Xander Schauffele and Justin Thomas play a practice round at the Olympics.
By Shane Ryan
MEMPHIS, Tenn. — Even before the Olympic golf tournament started, Justin Thomas called it “the coolest thing I’ve ever been a part of,” and it’s clear that he enjoyed every part of the experience, from the course to the Olympic Village. It’s no surprise, then, that when one of his countrymen, Xander Schauffele, came away with the gold medal, Thomas felt a little bit of good-natured envy.
“I’m in a house with Xander,” Thomas said on Tuesday afternoon in Memphis, ahead of the WGC-FedEx St. Jude Invitational, “and I checked the medal out. As soon as I saw him, I wanted to see it … it’s really cool. Obviously, I’m very jealous of anybody who’s won any other major or tournaments that I haven’t, but that might have been the most jealous of someone I’ve been. That gold medal is so sick; it’s so cool; it’s so unique.”
This is not the first time Thomas has seen a gold medal handed out for golf. That first view came in 2016, when Justin Rose took top honours in the Rio Games.
“I saw it with Rosie however many years ago,” Thomas said. “We’re both represented by Mark Steinberg, so we had a big thing one night during a major and Rosie brought the medal over, so I saw it then. But being a little closer with Xander and obviously in a house with him this week, I felt a little more comfortable taking it from him and being like, hey, let me see that thing.”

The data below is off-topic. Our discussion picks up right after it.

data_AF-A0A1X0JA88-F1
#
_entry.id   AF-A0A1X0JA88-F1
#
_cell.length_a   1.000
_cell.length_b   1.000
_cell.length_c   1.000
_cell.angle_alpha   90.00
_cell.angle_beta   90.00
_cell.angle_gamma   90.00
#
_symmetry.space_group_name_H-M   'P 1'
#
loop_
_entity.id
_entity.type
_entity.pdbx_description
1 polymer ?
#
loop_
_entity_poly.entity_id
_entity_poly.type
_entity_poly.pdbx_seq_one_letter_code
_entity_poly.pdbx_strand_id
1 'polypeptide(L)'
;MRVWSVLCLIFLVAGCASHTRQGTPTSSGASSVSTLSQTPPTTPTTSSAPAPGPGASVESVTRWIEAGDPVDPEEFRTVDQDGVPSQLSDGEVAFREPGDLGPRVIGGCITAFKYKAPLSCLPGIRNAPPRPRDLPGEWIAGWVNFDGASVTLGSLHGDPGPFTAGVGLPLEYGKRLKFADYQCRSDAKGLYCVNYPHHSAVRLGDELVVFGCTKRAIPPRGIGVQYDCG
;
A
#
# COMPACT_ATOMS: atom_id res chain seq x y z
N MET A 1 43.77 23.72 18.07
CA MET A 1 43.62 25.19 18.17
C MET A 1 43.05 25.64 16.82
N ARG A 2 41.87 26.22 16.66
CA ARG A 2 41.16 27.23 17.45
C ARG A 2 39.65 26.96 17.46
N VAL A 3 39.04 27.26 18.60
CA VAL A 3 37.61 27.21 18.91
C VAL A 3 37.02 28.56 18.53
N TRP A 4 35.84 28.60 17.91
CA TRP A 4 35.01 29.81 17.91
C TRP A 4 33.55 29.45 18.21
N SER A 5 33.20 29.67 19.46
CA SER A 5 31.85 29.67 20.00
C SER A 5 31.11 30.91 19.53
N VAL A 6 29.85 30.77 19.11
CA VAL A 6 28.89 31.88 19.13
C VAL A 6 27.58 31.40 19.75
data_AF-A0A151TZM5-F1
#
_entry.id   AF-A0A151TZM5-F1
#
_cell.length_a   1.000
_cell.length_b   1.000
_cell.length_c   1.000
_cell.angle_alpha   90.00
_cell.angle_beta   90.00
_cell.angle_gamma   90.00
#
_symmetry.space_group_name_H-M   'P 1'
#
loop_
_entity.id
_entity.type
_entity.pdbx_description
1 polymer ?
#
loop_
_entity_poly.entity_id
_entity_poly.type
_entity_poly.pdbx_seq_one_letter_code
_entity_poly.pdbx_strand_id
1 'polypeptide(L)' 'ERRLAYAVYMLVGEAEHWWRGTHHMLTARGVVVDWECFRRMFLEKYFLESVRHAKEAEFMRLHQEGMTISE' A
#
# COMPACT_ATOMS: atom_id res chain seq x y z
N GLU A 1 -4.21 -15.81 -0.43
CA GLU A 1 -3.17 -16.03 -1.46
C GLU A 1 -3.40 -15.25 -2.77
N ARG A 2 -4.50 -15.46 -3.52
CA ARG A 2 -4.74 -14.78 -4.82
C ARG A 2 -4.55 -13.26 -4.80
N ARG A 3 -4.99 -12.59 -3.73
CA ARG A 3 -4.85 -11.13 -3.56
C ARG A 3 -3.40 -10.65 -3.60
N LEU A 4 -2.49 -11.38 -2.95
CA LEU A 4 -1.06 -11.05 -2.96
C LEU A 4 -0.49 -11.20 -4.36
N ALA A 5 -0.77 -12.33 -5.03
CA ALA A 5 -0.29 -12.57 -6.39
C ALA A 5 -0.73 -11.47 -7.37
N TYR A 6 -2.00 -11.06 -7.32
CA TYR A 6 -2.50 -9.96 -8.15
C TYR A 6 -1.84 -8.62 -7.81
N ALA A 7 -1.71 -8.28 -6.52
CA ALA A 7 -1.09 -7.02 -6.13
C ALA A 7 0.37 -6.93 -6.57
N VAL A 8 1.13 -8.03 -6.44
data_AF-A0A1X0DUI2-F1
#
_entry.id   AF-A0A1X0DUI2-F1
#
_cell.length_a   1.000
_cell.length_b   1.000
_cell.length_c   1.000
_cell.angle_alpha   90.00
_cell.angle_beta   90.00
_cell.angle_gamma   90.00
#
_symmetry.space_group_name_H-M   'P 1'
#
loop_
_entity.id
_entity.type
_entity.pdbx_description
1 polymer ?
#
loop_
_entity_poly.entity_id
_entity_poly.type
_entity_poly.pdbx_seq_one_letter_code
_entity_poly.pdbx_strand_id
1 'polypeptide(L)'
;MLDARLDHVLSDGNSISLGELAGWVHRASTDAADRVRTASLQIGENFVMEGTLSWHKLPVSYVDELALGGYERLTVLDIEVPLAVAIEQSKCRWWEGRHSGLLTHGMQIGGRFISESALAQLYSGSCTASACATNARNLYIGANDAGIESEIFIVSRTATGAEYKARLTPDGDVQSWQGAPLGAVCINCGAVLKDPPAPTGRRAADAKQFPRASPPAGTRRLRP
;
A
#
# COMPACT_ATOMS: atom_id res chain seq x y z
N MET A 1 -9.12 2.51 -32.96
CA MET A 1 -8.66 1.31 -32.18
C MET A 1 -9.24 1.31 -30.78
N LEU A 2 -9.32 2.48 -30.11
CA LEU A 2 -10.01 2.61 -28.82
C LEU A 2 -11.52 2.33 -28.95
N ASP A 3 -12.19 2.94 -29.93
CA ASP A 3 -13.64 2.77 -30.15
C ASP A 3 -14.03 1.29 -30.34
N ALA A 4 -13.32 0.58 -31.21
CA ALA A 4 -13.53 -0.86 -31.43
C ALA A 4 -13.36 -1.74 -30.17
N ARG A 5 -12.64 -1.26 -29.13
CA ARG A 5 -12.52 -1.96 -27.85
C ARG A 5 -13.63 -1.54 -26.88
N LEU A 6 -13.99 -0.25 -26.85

In fact, those are the only two of golf’s gold medals in the world. When the sport was first contested in 1900, medals weren’t handed out to the winners, and if you’ve read the bizarre story of George Lyon, the 1904 champion, you know that his gold medal has been lost to history. Which means that Thomas is one of the few people on earth who is in close proximity (and likely touched) the only golf golds that exist in the world.
Thomas flew into Memphis with several other players on Monday and was noticeably tired in his press conference Tuesday. He made an effort to wake up early in order to reset his body clock as fast as possible, and now he’ll set his sights on this week’s WGC, the FedEx Cup race and the Ryder Cup in September. The finale of the season will be meaningful for Thomas, who, aside from his Players Championship win, hasn’t been overly pleased with 2021. He has five top-10s in 19 starts and is No. 8 in the FedEx Cup race. Thomas’ best finish in a major this season was a T-19 in the U.S. Open.
“Other than one week, really one weekend, I’ve had a very poor year in my mind,” he said. “The results haven’t been there and it’s been the hardest I’ve had to work and the most I’ve struggled, but I’m just working to try to get out of that and I feel like I’ve been a lot closer this last month or so to playing some really, really good golf.”
Still, he admits that no matter how the year ends up, there will be a taste of disappointment that he’ll want to erase in 2022.